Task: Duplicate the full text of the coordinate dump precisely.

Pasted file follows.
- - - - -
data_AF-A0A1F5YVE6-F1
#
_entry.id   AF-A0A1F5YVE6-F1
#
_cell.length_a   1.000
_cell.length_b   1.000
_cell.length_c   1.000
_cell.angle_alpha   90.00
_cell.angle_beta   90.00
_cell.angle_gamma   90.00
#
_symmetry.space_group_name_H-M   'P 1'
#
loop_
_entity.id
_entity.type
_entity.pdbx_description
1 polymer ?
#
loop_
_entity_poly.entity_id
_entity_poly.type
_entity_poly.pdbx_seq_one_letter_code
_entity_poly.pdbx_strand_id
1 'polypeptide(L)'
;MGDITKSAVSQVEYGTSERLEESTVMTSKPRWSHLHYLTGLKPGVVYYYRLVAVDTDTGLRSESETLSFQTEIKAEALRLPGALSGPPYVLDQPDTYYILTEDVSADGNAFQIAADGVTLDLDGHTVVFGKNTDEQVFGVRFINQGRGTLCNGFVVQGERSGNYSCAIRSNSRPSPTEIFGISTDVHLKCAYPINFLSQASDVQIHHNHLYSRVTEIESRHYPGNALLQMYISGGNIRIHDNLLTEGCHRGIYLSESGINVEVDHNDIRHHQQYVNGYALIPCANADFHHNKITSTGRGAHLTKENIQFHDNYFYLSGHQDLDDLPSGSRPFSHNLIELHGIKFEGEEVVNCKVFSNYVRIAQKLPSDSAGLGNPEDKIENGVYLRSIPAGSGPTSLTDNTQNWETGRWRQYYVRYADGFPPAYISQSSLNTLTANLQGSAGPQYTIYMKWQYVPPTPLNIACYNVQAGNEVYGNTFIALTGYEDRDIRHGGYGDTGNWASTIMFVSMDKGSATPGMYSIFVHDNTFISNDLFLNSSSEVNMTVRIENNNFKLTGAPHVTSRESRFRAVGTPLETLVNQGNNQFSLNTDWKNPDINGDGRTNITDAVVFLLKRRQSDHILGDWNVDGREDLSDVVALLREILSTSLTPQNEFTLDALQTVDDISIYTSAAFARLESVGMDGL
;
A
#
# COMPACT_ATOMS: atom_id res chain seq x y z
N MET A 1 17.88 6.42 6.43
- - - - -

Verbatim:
data_AF-A0A1F5YVE6-F1
#
_entry.id   AF-A0A1F5YVE6-F1
#
_cell.length_a   1.000
_cell.length_b   1.000
_cell.length_c   1.000
_cell.angle_alpha   90.00
_cell.angle_beta   90.00
_cell.angle_gamma   90.00
#
_symmetry.space_group_name_H-M   'P 1'
#
loop_
_entity.id
_entity.type
_entity.pdbx_description
1 polymer ?
#
loop_
_entity_poly.entity_id
_entity_poly.type
_entity_poly.pdbx_seq_one_letter_code
_entity_poly.pdbx_strand_id
1 'polypeptide(L)'
;MGDITKSAVSQVEYGTSERLEESTVMTSKPRWSHLHYLTGLKPGVVYYYRLVAVDTDTGLRSESETLSFQTEIKAEALRLPGALSGPPYVLDQPDTYYILTEDVSADGNAFQIAADGVTLDLDGHTVVFGKNTDEQVFGVRFINQGRGTLCNGFVVQGERSGNYSCAIRSNSRPSPTEIFGISTDVHLKCAYPINFLSQASDVQIHHNHLYSRVTEIESRHYPGNALLQMYISGGNIRIHDNLLTEGCHRGIYLSESGINVEVDHNDIRHHQQYVNGYALIPCANADFHHNKITSTGRGAHLTKENIQFHDNYFYLSGHQDLDDLPSGSRPFSHNLIELHGIKFEGEEVVNCKVFSNYVRIAQKLPSDSAGLGNPEDKIENGVYLRSIPAGSGPTSLTDNTQNWETGRWRQYYVRYADGFPPAYISQSSLNTLTANLQGSAGPQYTIYMKWQYVPPTPLNIACYNVQAGNEVYGNTFIALTGYEDRDIRHGGYGDTGNWASTIMFVSMDKGSATPGMYSIFVHDNTFISNDLFLNSSSEVNMTVRIENNNFKLTGAPHVTSRESRFRAVGTPLETLVNQGNNQFSLNTDWKNPDINGDGRTNITDAVVFLLKRRQSDHILGDWNVDGREDLSDVVALLREILSTSLTPQNEFTLDALQTVDDISIYTSAAFARLESVGMDGL
;
A
#
# COMPACT_ATOMS: atom_id res chain seq x y z
N MET A 1 17.88 6.42 6.43